Magazine article The Spectator

Wagner Treat

Magazine article The Spectator

Wagner Treat

Article excerpt

Tristan und Lsolde

Royal Festival Hall

Hansel und Gretel second cast

Royal Opera House

There have been few treats for lovers of Wagner in London in the past few years, but handsome amends were made in a concert at the Royal Festival Hall, with Vladimir Jurowski conducting the London Philharmonic Orchestra and adequate soloists in an incandescent account of Act II of Tristan und Isolde. That was preceded by the Adagio from Mahler's Tenth Symphony, an acutely expressive performance, mainly chamber-like in texture, apart from the apocalypse near the conclusion. But it was a downer, as, alone, it is bound to be. Wonderful to return after the interval and to be launched, with the greatest possible impulse, into the central act of Tristan.

In the theatre, I have come almost to dread this act. Act I is so staggeringly dramatic, so draining, that the prolonged exaltations of Act II are hard to do justice to, for the listener as well as the performers.

And I think the love duet, so called, is the most difficult stretch of music, 40 minutes without the nefarious cut (and it was performed complete here) that Wagner wrote.

There is the Depiction of Erotic Chaos to begin with, which so easily degenerates into half-drowned shrieks; then the long stretch, amazing in its colours and its development of tiny thematic fragments, in which the lovers excoriate Day; then the sublime throbbing and immense climax of 'O' sink' hernieder, ' demanding fabulous control and power on all sides; Brangäne's watch song, the lengthy dialectic of separation and union, and on to the enormous home stretch until the still shocking climax and the scream that cuts it short. When has one heard it conducted convincingly? Only by Reginald Goodall in the theatre, perhaps at all, and now by Jurowski. He has everything that makes a great Wagner conductor, above all the temperament and the discipline.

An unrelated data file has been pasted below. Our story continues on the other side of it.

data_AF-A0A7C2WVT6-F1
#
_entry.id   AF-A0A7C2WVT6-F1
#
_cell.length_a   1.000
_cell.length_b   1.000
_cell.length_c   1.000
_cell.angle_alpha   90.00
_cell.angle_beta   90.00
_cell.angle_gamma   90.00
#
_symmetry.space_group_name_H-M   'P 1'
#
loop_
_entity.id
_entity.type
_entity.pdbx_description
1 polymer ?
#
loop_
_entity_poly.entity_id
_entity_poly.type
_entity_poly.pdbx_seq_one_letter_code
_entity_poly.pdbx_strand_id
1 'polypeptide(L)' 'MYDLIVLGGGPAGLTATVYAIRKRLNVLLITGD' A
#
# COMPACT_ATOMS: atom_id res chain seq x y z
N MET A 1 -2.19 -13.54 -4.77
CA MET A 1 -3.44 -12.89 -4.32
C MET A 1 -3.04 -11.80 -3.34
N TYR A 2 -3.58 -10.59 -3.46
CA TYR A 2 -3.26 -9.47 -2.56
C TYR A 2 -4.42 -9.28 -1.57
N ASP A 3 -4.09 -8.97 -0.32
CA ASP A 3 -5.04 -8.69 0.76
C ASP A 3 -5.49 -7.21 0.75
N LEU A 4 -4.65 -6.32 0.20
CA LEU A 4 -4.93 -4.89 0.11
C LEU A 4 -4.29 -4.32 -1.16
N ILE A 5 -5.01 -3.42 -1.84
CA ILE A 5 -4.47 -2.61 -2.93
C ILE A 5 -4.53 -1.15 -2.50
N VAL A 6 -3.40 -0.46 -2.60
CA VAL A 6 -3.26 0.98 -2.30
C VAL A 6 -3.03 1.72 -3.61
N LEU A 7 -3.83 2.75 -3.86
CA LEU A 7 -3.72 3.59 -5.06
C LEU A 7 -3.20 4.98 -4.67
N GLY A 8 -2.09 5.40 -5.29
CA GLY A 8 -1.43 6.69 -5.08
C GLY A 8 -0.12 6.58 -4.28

The lovers were not great singers, but they were able to cope, mostly, and Anja Kampe took an early slip in her stride and produced some lovely phrases, never evidently tiring; her voice is not quite as large as the role requires. The same goes for Robert Dean Smith, but he is the only tenor I've heard since Siegfried Jerusalem to sing the part fairly beautifully; but his bidding of Isolde to follow him, at the act's end, lacked the poignant inwardness that this supreme passage needs. …

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